This form won't just make your life easier, it'll prevent a severe case of hand cramps from rewriting half of this info dozens of times in the future. And bypassing twenty occasions that require you to blearily check boxes before you've had your morning coffee (and having another fallible person decipher that scrawl) is a no-brainer way of reducing errors.
Under the section entitled Your Health Now, write down every significant ailment or condition that you have right now. This would be the place to list ongoing conditions such as diabetes, hypertension, psoriasis, depression, back pain, and the like. Don't include anything you had years ago but don't have now; that goes in a different place. Be certain to include anything that you're taking medication for, even if the specific symptoms are gone; for example, if you're controlling your high blood pressure with medication, list high blood pressure. Next to each condition, list when you were diagnosed, what medication you're taking for it, if any, and any other relevant info. If you're not sure if it's relevant, jot it down. That's why your doctor's office assistant has Wite-Out.
In addition to those mentioned above, here are a few more examples of conditions that are significant:
- Heart disease
- Heart murmur, or any other
- heart irregularity
- Multiple sclerosis
- Nerve paralysis
- Cancer of any form
- Gingivitis (gum or periodontal disease)
- Kleptomania (just making sure you're paying attention)
- Gulf War syndrome
- Alcohol or other addictions
- Sexual dysfunction
- Paraplegia or quadriplegia
- Sleep apnea
- Vision or hearing loss
- Parkinson's disease
- Liver disease
- Post-traumatic stress disorder
- Dementia or frequent memory loss (for example, can't recall name of close friend or relative)
- Multicythemia veragis (just kidding)
- Here are some that are probably not significant:
- Dental cavities
- Sore lower back after shoveling heavy snow
- Varicose veins
- Toenail fungus infection or athlete's foot
- Forgetfulness (for example, can't remember where keys are, or where you were when Luke and Laura married on General Hospital)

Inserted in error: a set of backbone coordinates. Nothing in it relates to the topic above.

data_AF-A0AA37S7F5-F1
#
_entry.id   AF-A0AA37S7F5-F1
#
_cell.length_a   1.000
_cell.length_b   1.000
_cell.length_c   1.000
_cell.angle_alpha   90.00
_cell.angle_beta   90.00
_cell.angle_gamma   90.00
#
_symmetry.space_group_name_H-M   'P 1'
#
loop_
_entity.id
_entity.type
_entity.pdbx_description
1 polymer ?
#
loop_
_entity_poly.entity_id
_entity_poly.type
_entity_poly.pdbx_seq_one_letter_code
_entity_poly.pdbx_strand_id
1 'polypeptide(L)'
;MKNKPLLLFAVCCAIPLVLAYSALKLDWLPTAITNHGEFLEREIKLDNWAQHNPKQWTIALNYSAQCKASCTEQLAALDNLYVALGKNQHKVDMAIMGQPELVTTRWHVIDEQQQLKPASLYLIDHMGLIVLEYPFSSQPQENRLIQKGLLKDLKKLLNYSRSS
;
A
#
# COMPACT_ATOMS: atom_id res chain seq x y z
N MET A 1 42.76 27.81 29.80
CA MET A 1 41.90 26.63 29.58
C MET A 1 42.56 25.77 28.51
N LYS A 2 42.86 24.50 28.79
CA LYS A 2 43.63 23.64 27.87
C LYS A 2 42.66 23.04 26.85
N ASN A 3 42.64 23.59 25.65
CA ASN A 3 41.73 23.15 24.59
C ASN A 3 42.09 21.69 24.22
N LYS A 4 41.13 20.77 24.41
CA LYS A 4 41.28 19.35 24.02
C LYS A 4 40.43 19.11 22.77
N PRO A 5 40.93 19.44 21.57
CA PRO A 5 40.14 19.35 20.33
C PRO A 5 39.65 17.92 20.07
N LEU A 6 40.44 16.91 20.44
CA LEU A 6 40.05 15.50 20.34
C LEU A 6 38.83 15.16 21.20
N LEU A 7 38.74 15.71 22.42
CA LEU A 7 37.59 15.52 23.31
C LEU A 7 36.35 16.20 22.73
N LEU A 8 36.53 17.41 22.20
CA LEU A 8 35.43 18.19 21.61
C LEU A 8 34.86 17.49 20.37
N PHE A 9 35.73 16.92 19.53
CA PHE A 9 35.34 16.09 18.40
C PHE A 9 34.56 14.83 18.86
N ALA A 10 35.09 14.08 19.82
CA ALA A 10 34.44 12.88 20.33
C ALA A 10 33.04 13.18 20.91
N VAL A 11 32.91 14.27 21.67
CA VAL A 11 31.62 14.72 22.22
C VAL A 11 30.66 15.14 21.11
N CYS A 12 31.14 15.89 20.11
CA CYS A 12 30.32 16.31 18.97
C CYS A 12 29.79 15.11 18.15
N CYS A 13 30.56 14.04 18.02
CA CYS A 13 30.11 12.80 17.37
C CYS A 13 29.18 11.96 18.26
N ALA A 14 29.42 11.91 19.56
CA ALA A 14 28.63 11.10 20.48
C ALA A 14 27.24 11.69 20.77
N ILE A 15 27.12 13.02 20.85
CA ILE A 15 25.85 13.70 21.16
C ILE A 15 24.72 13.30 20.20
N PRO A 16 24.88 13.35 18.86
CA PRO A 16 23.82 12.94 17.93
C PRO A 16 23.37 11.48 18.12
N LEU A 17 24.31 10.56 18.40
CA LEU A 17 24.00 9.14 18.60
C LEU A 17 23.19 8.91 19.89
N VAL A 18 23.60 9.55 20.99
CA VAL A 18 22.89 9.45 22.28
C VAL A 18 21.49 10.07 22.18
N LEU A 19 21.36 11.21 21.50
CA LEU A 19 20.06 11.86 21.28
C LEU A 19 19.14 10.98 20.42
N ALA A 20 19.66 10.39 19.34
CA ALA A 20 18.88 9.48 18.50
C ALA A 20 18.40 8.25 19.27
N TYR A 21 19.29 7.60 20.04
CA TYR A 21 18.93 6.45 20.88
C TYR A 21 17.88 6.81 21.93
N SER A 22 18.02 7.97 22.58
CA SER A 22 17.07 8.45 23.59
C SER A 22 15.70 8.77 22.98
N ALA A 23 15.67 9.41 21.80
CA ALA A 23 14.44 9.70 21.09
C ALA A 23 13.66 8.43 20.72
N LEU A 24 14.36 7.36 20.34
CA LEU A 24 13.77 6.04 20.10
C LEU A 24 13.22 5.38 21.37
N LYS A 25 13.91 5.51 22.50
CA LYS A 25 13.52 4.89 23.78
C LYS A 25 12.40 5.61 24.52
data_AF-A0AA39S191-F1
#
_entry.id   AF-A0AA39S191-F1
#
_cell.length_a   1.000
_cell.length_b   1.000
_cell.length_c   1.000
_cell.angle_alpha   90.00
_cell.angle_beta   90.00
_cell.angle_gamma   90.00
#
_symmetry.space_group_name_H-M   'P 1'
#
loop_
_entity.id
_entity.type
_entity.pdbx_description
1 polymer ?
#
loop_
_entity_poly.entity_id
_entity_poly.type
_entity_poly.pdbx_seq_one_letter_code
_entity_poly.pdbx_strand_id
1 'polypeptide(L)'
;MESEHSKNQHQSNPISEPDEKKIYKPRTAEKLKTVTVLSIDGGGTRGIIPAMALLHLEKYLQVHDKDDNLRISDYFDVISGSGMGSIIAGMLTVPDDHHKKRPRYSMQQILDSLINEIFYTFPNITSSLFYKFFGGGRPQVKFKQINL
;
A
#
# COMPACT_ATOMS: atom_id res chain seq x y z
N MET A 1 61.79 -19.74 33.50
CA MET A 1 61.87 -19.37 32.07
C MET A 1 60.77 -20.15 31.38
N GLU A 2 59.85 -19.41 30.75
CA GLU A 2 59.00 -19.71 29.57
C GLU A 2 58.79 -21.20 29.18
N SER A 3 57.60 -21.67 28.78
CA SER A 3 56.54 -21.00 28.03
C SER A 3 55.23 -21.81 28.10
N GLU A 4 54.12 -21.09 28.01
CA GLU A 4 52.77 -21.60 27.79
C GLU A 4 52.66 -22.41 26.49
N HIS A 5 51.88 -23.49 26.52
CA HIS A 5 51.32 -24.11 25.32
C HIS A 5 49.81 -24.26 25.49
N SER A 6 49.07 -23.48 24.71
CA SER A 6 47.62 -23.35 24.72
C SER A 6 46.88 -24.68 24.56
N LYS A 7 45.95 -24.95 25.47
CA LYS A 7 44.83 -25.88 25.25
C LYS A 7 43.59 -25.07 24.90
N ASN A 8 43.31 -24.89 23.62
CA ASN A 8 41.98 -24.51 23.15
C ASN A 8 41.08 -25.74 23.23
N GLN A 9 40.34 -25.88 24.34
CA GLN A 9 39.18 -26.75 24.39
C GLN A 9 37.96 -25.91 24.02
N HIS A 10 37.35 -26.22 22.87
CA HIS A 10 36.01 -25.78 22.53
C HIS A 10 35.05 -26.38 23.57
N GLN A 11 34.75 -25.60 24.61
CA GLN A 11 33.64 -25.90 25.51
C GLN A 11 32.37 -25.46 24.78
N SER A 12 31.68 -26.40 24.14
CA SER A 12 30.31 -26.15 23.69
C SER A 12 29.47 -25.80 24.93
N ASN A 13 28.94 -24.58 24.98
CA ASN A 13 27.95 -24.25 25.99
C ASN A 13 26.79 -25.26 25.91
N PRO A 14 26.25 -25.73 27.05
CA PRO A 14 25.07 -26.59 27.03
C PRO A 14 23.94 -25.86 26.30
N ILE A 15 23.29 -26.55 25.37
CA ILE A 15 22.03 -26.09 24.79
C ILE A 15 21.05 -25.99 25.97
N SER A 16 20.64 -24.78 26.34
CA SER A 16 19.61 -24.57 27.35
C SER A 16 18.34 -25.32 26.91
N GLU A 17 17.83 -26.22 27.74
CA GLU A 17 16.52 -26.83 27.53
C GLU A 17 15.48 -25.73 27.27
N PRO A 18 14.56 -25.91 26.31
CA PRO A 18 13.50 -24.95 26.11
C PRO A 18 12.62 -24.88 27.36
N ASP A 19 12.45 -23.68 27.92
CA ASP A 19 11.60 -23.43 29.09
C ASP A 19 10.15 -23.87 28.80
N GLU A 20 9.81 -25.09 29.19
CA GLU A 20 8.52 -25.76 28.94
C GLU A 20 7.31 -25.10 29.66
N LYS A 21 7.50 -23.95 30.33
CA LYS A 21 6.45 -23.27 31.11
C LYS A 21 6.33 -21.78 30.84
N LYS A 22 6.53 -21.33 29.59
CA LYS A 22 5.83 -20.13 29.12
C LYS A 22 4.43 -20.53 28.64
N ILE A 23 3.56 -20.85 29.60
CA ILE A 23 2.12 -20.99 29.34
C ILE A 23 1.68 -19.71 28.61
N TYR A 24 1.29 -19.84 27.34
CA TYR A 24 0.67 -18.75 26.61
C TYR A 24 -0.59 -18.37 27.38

- Sunburn prone or can't tan
- Insomnia before job interviews or court sentencings
- Cat allergy
- C-SPAN addiction
- Turkey neck
- Repeatedly date or marry losers
Now list your past significant ailments and conditions in the next section, noting when you were diagnosed and what happened. Then list all the details about the medications you're taking (all pills or tablets or anything that you regularly ingest, inject, insert, or otherwise consume regularly, whether it's prescription or over-the-counter (OTC) drugs, herbal supplements, vitamins, etc.). We'll say this again, but in addition to having this form handy when you see your doctor (in your pocket or the office file cabinet), always bring the actual bottles of all those medicinal consumables, too. It's important.
Checklist: We Ask, You Answer
For any condition or ailment you include on your list that you're still dealing with, write down and be prepared to tell the doc the following:
- What caused this?
- When was it diagnosed?
- How are you treating it?
- Has it gotten better or worse?
- When did it first begin to noticeably improve or worsen?
- What makes it better?
- What makes it worse?
Don't Know Much about Genealogy
On pages 52 and 53, you'll also find the Smart Patient Family Tree. Flip to it and sharpen a pencil. This Smart Patient Family Tree is designed to bring joy (and longevity) to your life. The solid lines sprouting outward from you to your siblings, and downward to your parents, aunts and uncles, and grandparents represent blood-relative connections (not by marriage). You'll notice a dashed line going to your spouse, which represents a non-blood relationship. The reason you need to include your spouse is that he or she lives with you (at least we hope so). That means you share the same environmental exposures and, likely, similar risks. You serve as each other's personal coal-mine canary. One of you may get nauseous from the toxic waste buried under your house years before the other one. (Just kidding! You'd likely be afflicted simultaneously.) Also, even though you don't share DNA (at least not on most school nights, anyway), your spouse influences your health far more than your aunt Sadie in Perth Amboy. Auntie may have a cholesterol count that would bring a Guinness World Records rep to her door, but she isn't filling your day-to-day life with cigarette smoke, bacon, Pabst Blue Ribbon, and lost-sock argument... --This text refers to an out of print or unavailable edition of this title.